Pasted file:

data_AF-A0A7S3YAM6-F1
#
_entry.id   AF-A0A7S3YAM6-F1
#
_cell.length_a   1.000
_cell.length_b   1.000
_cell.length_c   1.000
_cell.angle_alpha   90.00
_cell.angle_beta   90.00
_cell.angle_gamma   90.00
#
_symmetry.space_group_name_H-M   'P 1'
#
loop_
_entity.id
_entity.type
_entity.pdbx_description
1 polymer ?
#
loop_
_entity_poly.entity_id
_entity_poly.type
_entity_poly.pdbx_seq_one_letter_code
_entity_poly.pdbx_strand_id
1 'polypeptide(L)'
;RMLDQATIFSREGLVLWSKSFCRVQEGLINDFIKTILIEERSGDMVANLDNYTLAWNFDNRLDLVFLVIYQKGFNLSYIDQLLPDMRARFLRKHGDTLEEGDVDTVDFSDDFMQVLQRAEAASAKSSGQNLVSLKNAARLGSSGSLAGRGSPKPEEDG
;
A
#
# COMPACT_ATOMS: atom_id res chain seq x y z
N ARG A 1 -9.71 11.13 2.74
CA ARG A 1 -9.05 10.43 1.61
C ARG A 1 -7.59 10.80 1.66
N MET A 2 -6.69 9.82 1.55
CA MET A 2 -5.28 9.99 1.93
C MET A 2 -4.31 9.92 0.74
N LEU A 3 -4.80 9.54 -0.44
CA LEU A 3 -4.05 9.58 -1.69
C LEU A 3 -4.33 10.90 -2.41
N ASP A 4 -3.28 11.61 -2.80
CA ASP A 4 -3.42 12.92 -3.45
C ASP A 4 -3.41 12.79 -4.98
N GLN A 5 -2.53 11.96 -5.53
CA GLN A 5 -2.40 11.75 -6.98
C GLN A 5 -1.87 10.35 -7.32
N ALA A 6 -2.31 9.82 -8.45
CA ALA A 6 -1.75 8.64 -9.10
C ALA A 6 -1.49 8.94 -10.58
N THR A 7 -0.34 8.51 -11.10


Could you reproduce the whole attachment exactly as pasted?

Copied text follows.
data_AF-A0A7S3YAM6-F1
#
_entry.id   AF-A0A7S3YAM6-F1
#
_cell.length_a   1.000
_cell.length_b   1.000
_cell.length_c   1.000
_cell.angle_alpha   90.00
_cell.angle_beta   90.00
_cell.angle_gamma   90.00
#
_symmetry.space_group_name_H-M   'P 1'
#
loop_
_entity.id
_entity.type
_entity.pdbx_description
1 polymer ?
#
loop_
_entity_poly.entity_id
_entity_poly.type
_entity_poly.pdbx_seq_one_letter_code
_entity_poly.pdbx_strand_id
1 'polypeptide(L)'
;RMLDQATIFSREGLVLWSKSFCRVQEGLINDFIKTILIEERSGDMVANLDNYTLAWNFDNRLDLVFLVIYQKGFNLSYIDQLLPDMRARFLRKHGDTLEEGDVDTVDFSDDFMQVLQRAEAASAKSSGQNLVSLKNAARLGSSGSLAGRGSPKPEEDG
;
A
#
# COMPACT_ATOMS: atom_id res chain seq x y z
N ARG A 1 -9.71 11.13 2.74
CA ARG A 1 -9.05 10.43 1.61
C ARG A 1 -7.59 10.80 1.66
N MET A 2 -6.69 9.82 1.55
CA MET A 2 -5.28 9.99 1.93
C MET A 2 -4.31 9.92 0.74
N LEU A 3 -4.80 9.54 -0.44
CA LEU A 3 -4.05 9.58 -1.69
C LEU A 3 -4.33 10.90 -2.41
N ASP A 4 -3.28 11.61 -2.80
CA ASP A 4 -3.42 12.92 -3.45
C ASP A 4 -3.41 12.79 -4.98
N GLN A 5 -2.53 11.96 -5.53
CA GLN A 5 -2.40 11.75 -6.98
C GLN A 5 -1.87 10.35 -7.32
N ALA A 6 -2.31 9.82 -8.45
CA ALA A 6 -1.75 8.64 -9.10
C ALA A 6 -1.49 8.94 -10.58
N THR A 7 -0.34 8.51 -11.10